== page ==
Installation: After Irene
After Irene is an immersive installation created to allow the viewer to experience the effects of entering a home after floodwaters recede. Installed during the month of August in the Porteous building in Portland, Maine using an unconditioned 10'x10' space, the high humidity and heat perfectly mimicked the condition many coastal residents encounter when returning home after a flood. Windows were open to allow the sounds of gulls to enter the space, and the smell of the sea to enter the room.
The floor was covered in wet sand, and a high tide line was painted around the space using watercolor, charcoal, and mud. The furniture and belongings were also soaked and the books included titles referencing flooding, natural disaster, and climate change.
Positioned neatly on the wall is a four panel encaustic painting which includes a desiccated bird that was found in the walls of the artist's barn many months after floodwaters receded. As noted by the artist, the first thing that she does when entering a home affected by flooding is to attend to the artwork as a kind of organizational start point, and a way of grounding herself. A radio plays the static of a weather station, a box fan blows humid air, and a single flashlight is perched on the corner of the fan.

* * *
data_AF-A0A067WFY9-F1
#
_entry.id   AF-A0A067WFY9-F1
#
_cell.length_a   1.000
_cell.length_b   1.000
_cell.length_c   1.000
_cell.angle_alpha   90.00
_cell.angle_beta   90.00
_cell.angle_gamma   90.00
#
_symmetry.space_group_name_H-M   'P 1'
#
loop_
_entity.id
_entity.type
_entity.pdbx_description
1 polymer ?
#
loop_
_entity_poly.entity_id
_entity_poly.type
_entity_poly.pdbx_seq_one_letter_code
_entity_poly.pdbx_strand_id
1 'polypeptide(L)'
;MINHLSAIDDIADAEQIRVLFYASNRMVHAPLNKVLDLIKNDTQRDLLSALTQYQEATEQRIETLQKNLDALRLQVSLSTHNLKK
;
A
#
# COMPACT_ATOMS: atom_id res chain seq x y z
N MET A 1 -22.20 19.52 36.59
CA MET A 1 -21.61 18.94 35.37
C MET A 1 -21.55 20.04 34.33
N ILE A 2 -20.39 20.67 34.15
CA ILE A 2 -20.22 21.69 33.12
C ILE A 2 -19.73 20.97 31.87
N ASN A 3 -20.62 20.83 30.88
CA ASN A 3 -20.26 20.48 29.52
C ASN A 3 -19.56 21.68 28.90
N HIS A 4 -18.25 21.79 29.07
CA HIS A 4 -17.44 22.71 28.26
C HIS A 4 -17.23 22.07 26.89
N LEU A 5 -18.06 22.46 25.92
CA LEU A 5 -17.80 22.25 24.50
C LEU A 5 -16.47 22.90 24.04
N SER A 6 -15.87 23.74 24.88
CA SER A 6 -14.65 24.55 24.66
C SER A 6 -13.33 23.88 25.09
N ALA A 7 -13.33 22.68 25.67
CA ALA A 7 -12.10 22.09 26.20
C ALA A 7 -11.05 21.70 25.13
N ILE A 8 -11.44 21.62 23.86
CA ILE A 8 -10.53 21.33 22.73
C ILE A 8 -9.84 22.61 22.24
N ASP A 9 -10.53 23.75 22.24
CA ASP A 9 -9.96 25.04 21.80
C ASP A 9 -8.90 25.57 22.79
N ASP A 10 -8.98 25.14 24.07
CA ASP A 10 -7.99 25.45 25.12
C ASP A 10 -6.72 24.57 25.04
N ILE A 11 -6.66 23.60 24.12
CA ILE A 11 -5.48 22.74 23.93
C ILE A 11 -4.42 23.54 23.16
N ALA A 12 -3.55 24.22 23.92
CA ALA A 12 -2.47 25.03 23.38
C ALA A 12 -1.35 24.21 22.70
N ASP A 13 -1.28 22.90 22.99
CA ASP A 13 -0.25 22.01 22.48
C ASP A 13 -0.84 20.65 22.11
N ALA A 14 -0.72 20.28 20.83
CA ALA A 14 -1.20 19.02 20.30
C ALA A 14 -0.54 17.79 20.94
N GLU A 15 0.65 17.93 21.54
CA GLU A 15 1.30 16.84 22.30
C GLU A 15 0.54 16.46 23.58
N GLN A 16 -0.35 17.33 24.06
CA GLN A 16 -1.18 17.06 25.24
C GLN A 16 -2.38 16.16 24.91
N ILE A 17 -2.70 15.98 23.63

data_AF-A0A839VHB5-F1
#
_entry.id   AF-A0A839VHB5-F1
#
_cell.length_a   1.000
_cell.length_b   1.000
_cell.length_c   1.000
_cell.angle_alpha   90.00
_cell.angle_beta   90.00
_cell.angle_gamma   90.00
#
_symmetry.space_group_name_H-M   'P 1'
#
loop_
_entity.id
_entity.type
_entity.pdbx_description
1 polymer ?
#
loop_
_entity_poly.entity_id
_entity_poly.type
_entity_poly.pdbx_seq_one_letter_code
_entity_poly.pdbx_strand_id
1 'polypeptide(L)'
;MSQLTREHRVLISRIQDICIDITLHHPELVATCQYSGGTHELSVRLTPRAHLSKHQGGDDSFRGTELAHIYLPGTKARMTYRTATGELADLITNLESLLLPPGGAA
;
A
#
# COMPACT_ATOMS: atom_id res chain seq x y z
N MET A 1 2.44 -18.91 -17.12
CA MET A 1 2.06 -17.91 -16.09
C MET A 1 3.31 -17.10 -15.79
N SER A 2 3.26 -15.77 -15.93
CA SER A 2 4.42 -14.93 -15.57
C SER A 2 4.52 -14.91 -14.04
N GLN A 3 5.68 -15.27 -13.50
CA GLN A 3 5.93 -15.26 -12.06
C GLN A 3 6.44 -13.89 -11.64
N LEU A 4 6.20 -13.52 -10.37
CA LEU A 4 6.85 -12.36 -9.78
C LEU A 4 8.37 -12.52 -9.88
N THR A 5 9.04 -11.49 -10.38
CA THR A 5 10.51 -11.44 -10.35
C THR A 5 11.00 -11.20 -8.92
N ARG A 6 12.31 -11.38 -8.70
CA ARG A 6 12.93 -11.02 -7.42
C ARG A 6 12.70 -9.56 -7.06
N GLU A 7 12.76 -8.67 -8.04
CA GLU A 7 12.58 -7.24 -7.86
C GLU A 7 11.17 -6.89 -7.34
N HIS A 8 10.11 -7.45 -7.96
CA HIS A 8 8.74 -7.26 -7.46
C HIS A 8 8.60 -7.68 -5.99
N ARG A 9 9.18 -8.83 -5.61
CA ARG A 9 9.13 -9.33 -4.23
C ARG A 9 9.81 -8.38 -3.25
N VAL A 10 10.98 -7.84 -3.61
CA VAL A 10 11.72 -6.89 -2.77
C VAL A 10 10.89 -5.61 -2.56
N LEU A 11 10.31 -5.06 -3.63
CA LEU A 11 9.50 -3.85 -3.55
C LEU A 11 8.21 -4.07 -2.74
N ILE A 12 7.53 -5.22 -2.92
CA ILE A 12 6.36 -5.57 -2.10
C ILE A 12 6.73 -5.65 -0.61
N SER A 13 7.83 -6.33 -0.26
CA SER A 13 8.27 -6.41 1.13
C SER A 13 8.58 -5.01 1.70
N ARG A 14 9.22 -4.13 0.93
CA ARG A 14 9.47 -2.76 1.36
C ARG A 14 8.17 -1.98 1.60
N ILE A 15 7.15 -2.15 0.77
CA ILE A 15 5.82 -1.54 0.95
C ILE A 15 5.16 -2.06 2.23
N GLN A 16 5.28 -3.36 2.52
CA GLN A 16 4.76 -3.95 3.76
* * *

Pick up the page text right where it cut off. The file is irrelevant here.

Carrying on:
Viewers were invited to remove their shoes and walk through the damp sand to explore the space. Opportunities were available to talk about FEMA, emergency management response, and what it is like to live in an area continually flooded through violent storms exacerbated by climate change and sea level rise.